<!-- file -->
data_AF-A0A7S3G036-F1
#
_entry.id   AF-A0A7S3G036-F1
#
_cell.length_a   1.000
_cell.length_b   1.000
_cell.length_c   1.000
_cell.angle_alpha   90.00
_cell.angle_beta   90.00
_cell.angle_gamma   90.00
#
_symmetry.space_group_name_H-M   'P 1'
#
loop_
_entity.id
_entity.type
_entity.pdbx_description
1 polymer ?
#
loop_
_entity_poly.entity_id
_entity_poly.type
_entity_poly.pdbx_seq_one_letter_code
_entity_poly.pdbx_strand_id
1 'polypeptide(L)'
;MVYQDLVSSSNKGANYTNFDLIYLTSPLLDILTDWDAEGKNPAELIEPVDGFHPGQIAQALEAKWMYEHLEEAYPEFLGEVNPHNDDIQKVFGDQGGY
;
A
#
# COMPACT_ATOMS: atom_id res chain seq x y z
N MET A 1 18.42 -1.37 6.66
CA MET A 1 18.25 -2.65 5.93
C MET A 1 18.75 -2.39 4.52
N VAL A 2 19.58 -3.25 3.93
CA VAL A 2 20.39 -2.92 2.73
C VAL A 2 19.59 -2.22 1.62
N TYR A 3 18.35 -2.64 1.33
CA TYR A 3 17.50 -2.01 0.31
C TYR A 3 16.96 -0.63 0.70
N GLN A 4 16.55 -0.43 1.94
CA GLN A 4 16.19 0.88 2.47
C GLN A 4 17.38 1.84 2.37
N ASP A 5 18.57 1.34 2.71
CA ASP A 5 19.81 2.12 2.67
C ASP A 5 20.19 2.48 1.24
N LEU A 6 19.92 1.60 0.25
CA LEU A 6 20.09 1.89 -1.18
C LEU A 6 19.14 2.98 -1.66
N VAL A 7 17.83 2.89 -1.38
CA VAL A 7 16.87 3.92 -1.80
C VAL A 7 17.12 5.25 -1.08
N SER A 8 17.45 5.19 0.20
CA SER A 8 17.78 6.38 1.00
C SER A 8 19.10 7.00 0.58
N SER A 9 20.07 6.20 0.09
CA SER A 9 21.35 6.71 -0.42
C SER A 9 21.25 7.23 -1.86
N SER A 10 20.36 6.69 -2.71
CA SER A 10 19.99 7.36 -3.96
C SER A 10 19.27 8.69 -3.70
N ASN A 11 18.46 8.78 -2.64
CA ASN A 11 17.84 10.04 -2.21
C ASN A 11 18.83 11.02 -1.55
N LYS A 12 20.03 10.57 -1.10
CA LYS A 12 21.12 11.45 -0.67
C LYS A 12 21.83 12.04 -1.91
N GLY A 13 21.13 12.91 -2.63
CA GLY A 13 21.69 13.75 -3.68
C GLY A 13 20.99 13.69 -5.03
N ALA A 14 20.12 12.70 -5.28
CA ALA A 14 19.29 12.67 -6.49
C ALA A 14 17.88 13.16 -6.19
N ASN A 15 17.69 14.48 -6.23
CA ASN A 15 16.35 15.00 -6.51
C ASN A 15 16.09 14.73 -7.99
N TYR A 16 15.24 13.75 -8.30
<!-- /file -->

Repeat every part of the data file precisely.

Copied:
data_AF-A0A7S3G036-F1
#
_entry.id   AF-A0A7S3G036-F1
#
_cell.length_a   1.000
_cell.length_b   1.000
_cell.length_c   1.000
_cell.angle_alpha   90.00
_cell.angle_beta   90.00
_cell.angle_gamma   90.00
#
_symmetry.space_group_name_H-M   'P 1'
#
loop_
_entity.id
_entity.type
_entity.pdbx_description
1 polymer ?
#
loop_
_entity_poly.entity_id
_entity_poly.type
_entity_poly.pdbx_seq_one_letter_code
_entity_poly.pdbx_strand_id
1 'polypeptide(L)'
;MVYQDLVSSSNKGANYTNFDLIYLTSPLLDILTDWDAEGKNPAELIEPVDGFHPGQIAQALEAKWMYEHLEEAYPEFLGEVNPHNDDIQKVFGDQGGY
;
A
#
# COMPACT_ATOMS: atom_id res chain seq x y z
N MET A 1 18.42 -1.37 6.66
CA MET A 1 18.25 -2.65 5.93
C MET A 1 18.75 -2.39 4.52
N VAL A 2 19.58 -3.25 3.93
CA VAL A 2 20.39 -2.92 2.73
C VAL A 2 19.59 -2.22 1.62
N TYR A 3 18.35 -2.64 1.33
CA TYR A 3 17.50 -2.01 0.31
C TYR A 3 16.96 -0.63 0.70
N GLN A 4 16.55 -0.43 1.94
CA GLN A 4 16.19 0.88 2.47
C GLN A 4 17.38 1.84 2.37
N ASP A 5 18.57 1.34 2.71
CA ASP A 5 19.81 2.12 2.67
C ASP A 5 20.19 2.48 1.24
N LEU A 6 19.92 1.60 0.25
CA LEU A 6 20.09 1.89 -1.18
C LEU A 6 19.14 2.98 -1.66
N VAL A 7 17.83 2.89 -1.38
CA VAL A 7 16.87 3.92 -1.80
C VAL A 7 17.12 5.25 -1.08
N SER A 8 17.45 5.19 0.20
CA SER A 8 17.78 6.38 1.00
C SER A 8 19.10 7.00 0.58
N SER A 9 20.07 6.20 0.09
CA SER A 9 21.35 6.71 -0.42
C SER A 9 21.25 7.23 -1.86
N SER A 10 20.36 6.69 -2.71
CA SER A 10 19.99 7.36 -3.96
C SER A 10 19.27 8.69 -3.70
N ASN A 11 18.46 8.78 -2.64
CA ASN A 11 17.84 10.04 -2.21
C ASN A 11 18.83 11.02 -1.55
N LYS A 12 20.03 10.57 -1.10
CA LYS A 12 21.12 11.45 -0.67
C LYS A 12 21.83 12.04 -1.91
N GLY A 13 21.13 12.91 -2.63
CA GLY A 13 21.69 13.75 -3.68
C GLY A 13 20.99 13.69 -5.03
N ALA A 14 20.12 12.70 -5.28
CA ALA A 14 19.29 12.67 -6.49
C ALA A 14 17.88 13.16 -6.19
N ASN A 15 17.69 14.48 -6.23
CA ASN A 15 16.35 15.00 -6.51
C ASN A 15 16.09 14.73 -7.99
N TYR A 16 15.24 13.75 -8.30